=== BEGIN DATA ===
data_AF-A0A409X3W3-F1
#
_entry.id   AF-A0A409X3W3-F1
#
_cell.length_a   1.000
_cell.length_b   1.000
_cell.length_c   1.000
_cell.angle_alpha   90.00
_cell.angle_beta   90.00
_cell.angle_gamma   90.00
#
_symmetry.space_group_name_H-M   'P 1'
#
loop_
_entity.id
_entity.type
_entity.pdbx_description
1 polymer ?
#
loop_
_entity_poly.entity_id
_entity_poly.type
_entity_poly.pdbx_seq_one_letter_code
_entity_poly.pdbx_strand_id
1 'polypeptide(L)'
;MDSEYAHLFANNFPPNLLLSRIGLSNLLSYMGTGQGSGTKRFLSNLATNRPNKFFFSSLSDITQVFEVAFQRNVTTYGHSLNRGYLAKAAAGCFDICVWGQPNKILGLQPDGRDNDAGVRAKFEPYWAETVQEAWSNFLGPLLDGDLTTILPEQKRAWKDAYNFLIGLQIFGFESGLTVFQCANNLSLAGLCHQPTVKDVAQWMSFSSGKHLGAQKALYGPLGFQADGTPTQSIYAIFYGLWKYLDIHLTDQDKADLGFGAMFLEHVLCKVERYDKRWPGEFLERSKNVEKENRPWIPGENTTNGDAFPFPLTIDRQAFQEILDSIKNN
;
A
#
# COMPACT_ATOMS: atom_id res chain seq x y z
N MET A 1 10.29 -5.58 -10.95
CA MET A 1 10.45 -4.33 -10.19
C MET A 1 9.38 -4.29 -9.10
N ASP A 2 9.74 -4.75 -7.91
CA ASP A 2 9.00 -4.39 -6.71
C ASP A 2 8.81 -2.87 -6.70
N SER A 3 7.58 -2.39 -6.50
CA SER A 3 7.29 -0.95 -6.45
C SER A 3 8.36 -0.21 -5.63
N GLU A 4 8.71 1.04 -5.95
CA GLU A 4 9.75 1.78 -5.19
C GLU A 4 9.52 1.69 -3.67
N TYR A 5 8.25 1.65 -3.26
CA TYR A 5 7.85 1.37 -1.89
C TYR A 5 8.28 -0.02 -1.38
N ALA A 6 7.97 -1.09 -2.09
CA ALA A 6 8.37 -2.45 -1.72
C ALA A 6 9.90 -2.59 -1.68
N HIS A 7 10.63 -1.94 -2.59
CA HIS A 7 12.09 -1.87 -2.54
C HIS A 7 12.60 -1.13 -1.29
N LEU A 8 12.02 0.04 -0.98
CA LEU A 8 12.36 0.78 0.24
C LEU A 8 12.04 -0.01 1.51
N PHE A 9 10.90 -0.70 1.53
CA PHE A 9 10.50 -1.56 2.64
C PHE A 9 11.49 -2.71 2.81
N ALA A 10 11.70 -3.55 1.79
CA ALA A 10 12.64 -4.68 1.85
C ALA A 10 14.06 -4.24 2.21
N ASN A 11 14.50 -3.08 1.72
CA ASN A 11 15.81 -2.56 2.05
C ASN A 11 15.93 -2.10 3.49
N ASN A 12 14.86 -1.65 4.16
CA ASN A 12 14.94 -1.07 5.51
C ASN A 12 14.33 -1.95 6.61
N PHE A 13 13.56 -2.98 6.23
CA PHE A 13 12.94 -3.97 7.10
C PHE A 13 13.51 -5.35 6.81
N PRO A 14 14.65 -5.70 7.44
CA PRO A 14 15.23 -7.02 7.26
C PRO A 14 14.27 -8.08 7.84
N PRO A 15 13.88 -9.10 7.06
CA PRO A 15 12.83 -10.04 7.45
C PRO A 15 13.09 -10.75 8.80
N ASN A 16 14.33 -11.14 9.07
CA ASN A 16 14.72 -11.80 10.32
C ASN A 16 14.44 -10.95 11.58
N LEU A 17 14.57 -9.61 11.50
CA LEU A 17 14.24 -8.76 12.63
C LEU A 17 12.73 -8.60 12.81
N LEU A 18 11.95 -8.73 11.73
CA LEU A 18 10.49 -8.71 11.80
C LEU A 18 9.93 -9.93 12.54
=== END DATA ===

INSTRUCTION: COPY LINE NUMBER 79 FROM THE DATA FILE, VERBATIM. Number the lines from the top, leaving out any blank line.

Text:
N LEU A 17 14.57 -9.61 11.50